Last week’s World Water Forum in Marseille, “the world’s largest meeting around water”, has been widely criticised by non-governmental organisation, most fundamentally for basically selling out a human right to business interests.
Among others, the corporate influence on the meeting was reflected in a focus on technology and investments as a means to solve the global water, energy and food crises. One solution that’s being more and more often suggested are dams – lots of them, and large ones.
But NGOs have repeatedly stated the problems connected to large dams – displaced local communities, devastation of natural habitats (pdf), etc. – and have pointed at alternative solutions for instance to secure water supply.
To highlight these issues and to expose the ‘greenwashing of dams’ for which the World Water Forum has been a platform, our colleagues from International Rivers, Friends of the Earth France and CRBM, have staged a massive action in Marseille with protesters from across the globe. (You can read more on International Rivers’ blog and see images from the action on flickr.)
But not only large dams can be destructive:
- The Ombla hydropower plant project in Croatia, supported by the European Bank for Reconstruction and Development, threatens a site that has been designated for protection as part of the EU’s Natura 2000 network and whose extraordinary fauna has been covered by BBC’s Newsnight programme.
- The Paravani and Khudoni hydropower plants, only two of 41 hydropower plants (including large dams) envisaged in Georgia, and also in line for EBRD support, pose risks to local ecosystems while their benefits for the Georgian population are questionable.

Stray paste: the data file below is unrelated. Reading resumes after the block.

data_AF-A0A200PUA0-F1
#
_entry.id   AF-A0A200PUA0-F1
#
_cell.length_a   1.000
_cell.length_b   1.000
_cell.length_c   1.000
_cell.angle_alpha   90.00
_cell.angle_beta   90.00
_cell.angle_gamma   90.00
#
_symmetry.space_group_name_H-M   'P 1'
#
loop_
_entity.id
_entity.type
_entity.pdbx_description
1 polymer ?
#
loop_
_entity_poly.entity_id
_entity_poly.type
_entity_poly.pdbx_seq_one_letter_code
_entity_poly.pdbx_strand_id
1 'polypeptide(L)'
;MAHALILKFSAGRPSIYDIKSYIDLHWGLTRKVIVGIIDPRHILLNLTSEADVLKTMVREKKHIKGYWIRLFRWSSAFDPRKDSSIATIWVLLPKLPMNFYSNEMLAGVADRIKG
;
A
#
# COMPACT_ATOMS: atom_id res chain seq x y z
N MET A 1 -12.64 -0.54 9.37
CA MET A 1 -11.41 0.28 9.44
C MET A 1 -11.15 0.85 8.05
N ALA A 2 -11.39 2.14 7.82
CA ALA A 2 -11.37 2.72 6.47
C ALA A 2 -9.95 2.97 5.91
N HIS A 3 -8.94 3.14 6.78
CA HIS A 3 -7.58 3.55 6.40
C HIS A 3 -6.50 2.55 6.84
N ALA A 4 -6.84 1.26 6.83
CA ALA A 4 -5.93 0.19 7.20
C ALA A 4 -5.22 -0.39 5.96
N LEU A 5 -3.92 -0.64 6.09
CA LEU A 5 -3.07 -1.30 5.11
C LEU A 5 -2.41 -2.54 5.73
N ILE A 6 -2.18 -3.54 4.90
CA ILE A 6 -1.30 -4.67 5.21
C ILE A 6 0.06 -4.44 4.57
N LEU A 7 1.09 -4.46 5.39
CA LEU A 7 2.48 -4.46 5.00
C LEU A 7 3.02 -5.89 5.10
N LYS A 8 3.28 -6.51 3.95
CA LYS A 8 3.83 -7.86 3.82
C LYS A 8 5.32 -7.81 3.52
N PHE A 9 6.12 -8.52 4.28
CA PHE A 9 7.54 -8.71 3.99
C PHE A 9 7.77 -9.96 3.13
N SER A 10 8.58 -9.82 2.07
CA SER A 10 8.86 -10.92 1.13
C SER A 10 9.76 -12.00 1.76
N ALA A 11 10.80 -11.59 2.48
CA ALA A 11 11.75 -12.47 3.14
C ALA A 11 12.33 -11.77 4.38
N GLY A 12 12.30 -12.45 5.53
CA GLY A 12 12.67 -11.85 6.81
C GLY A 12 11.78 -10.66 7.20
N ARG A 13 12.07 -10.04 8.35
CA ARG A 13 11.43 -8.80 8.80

While access to water is not part of the justification for these projects, “securing energy supply” is all the more being put forward as an argument.
Whatever the reasoning, whichever good is being provided in the end, the decisions on these and similar infrastructure projects should be based on a do-no-harm principal in order to protect local people’s rights and natural and cultural habitats. By no means should they be biased towards economic interests.
This is what the protests in Marseille tried to make clear.
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Theme: Energy & climate | Social & economic impacts | Other harmful projects
Location: Croatia | Georgia
Project: Hydropower development in Georgia | Khudoni hydropower plant, Georgia | Ombla hydropower plant, Croatia
Tags: biodiversity | dams | energy security | hydropower | local impacts